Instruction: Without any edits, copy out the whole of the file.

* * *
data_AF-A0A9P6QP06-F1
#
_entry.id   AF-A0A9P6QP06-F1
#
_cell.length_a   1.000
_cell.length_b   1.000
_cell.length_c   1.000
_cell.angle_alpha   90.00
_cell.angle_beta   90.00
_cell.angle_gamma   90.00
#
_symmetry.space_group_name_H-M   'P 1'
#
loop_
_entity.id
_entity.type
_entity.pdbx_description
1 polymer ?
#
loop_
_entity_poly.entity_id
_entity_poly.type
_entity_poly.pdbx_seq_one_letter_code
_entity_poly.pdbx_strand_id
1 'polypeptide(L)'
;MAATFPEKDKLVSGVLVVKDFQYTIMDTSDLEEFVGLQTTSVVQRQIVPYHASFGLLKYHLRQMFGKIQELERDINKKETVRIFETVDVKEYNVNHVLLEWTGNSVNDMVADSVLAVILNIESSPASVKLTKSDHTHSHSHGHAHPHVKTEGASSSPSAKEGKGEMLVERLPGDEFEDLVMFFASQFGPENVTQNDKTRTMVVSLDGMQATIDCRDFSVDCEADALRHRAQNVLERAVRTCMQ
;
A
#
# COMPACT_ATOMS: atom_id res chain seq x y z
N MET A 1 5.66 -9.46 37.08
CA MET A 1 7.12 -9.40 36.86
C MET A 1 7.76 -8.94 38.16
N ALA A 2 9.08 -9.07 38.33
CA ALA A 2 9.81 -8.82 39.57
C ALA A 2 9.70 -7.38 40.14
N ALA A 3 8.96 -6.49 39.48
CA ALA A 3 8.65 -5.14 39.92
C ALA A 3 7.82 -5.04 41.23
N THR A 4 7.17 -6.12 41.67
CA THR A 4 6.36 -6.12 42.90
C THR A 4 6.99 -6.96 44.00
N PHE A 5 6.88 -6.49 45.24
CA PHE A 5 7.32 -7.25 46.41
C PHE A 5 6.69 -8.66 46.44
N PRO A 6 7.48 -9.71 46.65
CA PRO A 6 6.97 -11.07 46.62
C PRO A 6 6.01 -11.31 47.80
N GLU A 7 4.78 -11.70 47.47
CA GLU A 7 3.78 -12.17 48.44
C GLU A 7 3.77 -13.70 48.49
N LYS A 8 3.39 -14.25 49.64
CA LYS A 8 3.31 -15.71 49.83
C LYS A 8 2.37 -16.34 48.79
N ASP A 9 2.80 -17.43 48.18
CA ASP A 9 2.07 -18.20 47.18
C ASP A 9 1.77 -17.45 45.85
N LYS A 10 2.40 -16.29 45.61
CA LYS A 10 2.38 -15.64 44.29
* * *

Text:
data_AF-A0A9P6QP06-F1
#
_entry.id   AF-A0A9P6QP06-F1
#
_cell.length_a   1.000
_cell.length_b   1.000
_cell.length_c   1.000
_cell.angle_alpha   90.00
_cell.angle_beta   90.00
_cell.angle_gamma   90.00
#
_symmetry.space_group_name_H-M   'P 1'
#
loop_
_entity.id
_entity.type
_entity.pdbx_description
1 polymer ?
#
loop_
_entity_poly.entity_id
_entity_poly.type
_entity_poly.pdbx_seq_one_letter_code
_entity_poly.pdbx_strand_id
1 'polypeptide(L)'
;MAATFPEKDKLVSGVLVVKDFQYTIMDTSDLEEFVGLQTTSVVQRQIVPYHASFGLLKYHLRQMFGKIQELERDINKKETVRIFETVDVKEYNVNHVLLEWTGNSVNDMVADSVLAVILNIESSPASVKLTKSDHTHSHSHGHAHPHVKTEGASSSPSAKEGKGEMLVERLPGDEFEDLVMFFASQFGPENVTQNDKTRTMVVSLDGMQATIDCRDFSVDCEADALRHRAQNVLERAVRTCMQ
;
A
#
# COMPACT_ATOMS: atom_id res chain seq x y z
N MET A 1 5.66 -9.46 37.08
CA MET A 1 7.12 -9.40 36.86
C MET A 1 7.76 -8.94 38.16
N ALA A 2 9.08 -9.07 38.33
CA ALA A 2 9.81 -8.82 39.57
C ALA A 2 9.70 -7.38 40.14
N ALA A 3 8.96 -6.49 39.48
CA ALA A 3 8.65 -5.14 39.92
C ALA A 3 7.82 -5.04 41.23
N THR A 4 7.17 -6.12 41.67
CA THR A 4 6.36 -6.12 42.90
C THR A 4 6.99 -6.96 44.00
N PHE A 5 6.88 -6.49 45.24
CA PHE A 5 7.32 -7.25 46.41
C PHE A 5 6.69 -8.66 46.44
N PRO A 6 7.48 -9.71 46.65
CA PRO A 6 6.97 -11.07 46.62
C PRO A 6 6.01 -11.31 47.80
N GLU A 7 4.78 -11.70 47.47
CA GLU A 7 3.78 -12.17 48.44
C GLU A 7 3.77 -13.70 48.49
N LYS A 8 3.39 -14.25 49.64
CA LYS A 8 3.31 -15.71 49.83
C LYS A 8 2.37 -16.34 48.79
N ASP A 9 2.80 -17.43 48.18
CA ASP A 9 2.07 -18.20 47.18
C ASP A 9 1.77 -17.45 45.85
N LYS A 10 2.40 -16.29 45.61
CA LYS A 10 2.38 -15.64 44.29